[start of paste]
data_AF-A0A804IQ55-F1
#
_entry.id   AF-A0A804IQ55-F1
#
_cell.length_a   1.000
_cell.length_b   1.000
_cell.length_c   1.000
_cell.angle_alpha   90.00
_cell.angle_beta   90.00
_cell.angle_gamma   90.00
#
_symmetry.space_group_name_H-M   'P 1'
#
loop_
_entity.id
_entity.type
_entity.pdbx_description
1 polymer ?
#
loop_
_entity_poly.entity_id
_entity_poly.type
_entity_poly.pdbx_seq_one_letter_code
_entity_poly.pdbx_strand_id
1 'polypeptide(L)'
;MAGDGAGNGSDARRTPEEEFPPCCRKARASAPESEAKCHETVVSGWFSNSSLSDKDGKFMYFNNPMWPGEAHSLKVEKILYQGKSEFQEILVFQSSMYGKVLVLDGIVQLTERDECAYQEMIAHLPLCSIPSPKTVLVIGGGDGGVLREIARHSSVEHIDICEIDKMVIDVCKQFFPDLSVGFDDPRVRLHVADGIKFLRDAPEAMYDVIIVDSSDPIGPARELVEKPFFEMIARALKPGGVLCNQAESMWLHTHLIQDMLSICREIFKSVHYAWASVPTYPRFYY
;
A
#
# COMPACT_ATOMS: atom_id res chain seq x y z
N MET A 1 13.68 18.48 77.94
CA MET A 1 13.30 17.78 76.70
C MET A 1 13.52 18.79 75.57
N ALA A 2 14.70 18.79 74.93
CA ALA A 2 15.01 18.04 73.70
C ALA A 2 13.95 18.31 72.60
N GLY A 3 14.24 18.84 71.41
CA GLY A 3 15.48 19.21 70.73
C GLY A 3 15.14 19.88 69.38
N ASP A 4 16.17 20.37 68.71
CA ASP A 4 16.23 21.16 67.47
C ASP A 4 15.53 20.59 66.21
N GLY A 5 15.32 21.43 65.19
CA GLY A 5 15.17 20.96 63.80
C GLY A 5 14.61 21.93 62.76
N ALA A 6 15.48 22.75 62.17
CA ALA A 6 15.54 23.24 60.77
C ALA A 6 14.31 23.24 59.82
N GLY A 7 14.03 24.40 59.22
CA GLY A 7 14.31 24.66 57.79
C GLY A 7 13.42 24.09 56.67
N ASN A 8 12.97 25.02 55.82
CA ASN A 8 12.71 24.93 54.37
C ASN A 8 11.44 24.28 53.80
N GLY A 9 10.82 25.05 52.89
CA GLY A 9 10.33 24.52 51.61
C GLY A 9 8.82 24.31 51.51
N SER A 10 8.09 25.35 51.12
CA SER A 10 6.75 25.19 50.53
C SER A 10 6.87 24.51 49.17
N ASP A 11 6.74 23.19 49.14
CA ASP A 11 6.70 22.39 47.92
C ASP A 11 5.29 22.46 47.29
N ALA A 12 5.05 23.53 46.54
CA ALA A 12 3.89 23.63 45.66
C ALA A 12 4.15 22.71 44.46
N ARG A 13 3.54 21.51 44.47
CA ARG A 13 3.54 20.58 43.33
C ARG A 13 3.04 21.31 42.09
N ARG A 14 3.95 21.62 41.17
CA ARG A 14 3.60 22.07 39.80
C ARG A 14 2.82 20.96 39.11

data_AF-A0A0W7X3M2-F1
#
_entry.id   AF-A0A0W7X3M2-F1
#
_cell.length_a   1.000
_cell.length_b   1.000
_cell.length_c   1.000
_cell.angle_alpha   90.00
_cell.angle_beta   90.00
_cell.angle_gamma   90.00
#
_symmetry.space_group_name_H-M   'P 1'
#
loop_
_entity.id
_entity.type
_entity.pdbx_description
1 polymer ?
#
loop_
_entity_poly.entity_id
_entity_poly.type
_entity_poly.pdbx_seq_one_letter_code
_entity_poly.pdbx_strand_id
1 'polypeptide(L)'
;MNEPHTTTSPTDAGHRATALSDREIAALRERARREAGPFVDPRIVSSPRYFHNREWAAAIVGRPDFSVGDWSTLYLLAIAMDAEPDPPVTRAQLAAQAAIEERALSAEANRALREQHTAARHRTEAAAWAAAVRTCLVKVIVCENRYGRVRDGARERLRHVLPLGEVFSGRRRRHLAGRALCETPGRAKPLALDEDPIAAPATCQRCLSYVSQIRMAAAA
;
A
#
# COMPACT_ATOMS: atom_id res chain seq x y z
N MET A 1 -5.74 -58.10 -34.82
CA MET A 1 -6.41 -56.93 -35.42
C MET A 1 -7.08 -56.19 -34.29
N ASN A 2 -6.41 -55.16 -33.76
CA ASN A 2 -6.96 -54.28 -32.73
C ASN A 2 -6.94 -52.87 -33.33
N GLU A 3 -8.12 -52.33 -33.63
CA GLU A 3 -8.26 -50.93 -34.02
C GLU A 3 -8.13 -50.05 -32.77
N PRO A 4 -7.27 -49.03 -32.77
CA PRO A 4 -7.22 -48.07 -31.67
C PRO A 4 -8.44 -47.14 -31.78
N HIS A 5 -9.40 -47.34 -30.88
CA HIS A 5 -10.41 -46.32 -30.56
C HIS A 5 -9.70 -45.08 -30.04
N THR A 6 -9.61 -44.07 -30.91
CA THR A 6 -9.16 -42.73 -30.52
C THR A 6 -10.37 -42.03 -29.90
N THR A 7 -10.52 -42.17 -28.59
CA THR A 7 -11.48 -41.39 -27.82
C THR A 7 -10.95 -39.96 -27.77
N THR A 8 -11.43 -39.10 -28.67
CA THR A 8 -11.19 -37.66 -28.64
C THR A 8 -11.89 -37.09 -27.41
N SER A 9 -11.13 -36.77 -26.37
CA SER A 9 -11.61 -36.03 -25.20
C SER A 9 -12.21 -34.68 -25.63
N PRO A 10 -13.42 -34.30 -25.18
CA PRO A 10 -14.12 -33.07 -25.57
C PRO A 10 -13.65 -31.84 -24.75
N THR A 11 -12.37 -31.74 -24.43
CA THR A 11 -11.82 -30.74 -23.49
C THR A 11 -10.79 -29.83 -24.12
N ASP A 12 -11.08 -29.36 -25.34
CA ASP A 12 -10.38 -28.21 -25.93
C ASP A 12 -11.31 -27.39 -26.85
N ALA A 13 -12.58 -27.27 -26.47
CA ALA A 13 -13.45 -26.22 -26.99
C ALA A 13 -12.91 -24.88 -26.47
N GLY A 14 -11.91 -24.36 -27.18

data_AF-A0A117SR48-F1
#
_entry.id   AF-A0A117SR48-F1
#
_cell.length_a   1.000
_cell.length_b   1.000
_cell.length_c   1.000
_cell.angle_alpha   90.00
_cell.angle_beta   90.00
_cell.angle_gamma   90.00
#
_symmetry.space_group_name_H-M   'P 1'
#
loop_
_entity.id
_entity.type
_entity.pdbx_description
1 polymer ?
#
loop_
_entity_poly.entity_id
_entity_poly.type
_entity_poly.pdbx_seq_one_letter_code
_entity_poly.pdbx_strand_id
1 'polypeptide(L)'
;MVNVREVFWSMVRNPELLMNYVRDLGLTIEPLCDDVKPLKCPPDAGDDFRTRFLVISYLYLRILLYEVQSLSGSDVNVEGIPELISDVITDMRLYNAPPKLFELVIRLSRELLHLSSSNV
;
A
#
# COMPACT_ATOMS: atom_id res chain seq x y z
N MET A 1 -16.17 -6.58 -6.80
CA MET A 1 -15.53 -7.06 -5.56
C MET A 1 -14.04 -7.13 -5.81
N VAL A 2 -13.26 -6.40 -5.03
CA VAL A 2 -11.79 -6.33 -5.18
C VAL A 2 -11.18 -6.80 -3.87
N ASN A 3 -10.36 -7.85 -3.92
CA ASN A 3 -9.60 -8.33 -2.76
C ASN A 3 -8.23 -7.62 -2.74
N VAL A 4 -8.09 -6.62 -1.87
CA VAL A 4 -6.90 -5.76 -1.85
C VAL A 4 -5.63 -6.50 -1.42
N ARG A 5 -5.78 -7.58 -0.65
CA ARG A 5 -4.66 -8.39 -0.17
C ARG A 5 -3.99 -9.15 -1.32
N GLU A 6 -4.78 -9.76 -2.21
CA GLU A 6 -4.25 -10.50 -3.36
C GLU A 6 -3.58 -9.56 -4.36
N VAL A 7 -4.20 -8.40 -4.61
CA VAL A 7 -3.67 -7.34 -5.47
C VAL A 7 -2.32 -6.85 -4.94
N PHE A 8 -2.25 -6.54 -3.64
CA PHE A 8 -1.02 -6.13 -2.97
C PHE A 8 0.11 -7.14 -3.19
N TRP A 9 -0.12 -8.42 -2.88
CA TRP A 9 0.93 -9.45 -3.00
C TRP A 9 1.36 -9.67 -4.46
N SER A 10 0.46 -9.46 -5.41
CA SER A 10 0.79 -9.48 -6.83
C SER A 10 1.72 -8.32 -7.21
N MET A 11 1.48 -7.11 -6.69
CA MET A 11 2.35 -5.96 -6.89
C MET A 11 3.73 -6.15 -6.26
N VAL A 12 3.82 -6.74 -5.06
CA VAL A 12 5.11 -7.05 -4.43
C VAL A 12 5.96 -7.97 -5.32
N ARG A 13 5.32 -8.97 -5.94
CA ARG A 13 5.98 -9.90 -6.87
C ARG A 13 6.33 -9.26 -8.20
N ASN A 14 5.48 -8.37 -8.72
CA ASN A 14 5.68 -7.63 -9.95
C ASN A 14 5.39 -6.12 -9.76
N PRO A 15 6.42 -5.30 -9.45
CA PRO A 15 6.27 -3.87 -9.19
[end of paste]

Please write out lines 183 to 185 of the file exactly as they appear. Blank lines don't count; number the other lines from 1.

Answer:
CA VAL A 4 -6.90 -5.76 -1.85
C VAL A 4 -5.63 -6.50 -1.42
N ARG A 5 -5.78 -7.58 -0.65